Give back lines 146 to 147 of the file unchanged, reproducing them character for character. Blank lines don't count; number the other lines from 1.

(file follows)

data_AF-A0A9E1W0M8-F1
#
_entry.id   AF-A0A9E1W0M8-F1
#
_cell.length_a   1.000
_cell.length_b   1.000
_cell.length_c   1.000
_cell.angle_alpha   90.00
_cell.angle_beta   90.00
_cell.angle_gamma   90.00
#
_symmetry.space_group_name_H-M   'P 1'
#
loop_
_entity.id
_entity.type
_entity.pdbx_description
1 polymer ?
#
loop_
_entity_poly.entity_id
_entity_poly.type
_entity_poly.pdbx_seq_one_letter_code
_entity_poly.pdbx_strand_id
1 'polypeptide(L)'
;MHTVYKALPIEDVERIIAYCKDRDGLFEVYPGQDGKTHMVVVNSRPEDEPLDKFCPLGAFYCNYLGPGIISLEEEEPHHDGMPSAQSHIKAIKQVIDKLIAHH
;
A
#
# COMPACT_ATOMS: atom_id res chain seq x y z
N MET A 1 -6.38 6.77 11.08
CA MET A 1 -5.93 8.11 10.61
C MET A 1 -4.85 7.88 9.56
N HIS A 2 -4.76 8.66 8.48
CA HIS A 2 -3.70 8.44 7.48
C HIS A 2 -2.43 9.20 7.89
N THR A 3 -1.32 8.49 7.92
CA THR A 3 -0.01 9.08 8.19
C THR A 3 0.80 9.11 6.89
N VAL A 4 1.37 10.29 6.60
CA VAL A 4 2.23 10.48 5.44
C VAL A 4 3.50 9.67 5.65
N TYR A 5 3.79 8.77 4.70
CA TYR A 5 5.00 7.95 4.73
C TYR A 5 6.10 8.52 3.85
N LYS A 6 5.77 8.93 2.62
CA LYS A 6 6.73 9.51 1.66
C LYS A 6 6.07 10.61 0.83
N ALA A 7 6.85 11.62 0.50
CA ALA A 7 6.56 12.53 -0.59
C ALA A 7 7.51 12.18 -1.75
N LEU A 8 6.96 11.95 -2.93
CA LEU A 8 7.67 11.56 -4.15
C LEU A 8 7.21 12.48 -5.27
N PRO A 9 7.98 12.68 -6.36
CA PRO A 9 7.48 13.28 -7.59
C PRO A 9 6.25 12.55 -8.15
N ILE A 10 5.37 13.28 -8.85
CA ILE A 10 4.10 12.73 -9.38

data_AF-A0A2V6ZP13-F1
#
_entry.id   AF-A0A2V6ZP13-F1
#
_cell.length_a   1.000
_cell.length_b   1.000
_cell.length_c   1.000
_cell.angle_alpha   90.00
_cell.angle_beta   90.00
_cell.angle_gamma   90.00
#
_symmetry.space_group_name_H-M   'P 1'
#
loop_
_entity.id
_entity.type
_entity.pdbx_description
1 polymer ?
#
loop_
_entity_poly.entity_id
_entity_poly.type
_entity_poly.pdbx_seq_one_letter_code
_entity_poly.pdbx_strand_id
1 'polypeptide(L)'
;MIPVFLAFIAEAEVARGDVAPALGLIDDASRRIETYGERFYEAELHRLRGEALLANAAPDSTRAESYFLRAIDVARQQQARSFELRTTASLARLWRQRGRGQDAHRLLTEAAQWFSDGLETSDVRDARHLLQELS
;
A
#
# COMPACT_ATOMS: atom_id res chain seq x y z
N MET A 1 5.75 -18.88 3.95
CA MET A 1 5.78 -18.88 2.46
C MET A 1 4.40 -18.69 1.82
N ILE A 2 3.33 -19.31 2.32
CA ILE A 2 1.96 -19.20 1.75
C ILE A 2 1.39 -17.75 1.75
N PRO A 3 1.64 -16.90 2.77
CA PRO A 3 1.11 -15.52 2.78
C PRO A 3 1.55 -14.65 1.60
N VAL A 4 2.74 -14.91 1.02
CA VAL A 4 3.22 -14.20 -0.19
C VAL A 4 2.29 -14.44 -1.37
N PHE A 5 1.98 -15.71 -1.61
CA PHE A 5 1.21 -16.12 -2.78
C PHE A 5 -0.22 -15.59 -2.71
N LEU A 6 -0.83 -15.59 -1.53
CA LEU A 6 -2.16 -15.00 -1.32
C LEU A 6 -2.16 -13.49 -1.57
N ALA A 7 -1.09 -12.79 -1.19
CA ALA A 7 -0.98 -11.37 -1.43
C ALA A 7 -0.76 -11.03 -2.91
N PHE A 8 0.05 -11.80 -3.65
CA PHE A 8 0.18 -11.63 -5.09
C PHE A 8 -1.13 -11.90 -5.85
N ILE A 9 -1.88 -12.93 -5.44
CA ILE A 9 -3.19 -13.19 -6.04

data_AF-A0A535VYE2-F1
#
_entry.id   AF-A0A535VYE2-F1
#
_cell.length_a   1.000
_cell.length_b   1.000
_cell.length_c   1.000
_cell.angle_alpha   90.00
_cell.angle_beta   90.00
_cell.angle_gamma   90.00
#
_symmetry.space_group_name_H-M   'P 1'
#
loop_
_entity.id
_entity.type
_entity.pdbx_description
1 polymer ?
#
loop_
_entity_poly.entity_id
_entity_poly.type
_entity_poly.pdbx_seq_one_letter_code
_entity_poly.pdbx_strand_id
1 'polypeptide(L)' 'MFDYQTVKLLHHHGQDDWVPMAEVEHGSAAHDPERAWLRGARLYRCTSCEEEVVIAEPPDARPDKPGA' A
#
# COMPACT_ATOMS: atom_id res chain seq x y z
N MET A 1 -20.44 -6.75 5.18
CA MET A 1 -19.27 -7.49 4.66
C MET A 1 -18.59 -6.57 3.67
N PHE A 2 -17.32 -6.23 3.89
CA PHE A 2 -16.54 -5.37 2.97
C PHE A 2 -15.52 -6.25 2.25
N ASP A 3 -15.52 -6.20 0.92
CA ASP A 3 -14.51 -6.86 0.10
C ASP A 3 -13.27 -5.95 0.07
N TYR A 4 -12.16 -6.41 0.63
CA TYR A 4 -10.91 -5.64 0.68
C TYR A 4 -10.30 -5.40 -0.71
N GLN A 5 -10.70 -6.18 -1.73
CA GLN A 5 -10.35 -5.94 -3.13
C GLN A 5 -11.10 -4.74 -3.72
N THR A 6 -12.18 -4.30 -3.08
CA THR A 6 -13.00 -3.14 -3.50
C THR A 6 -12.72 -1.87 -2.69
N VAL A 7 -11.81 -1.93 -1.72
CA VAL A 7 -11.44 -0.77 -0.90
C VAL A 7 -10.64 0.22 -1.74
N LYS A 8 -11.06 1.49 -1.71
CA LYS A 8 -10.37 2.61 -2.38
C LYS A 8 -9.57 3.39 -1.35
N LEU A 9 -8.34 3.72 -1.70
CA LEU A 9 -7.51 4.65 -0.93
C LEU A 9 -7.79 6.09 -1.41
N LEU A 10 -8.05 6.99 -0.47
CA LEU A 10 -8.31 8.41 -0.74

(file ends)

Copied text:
N PHE A 2 -17.32 -6.23 3.89
CA PHE A 2 -16.54 -5.37 2.97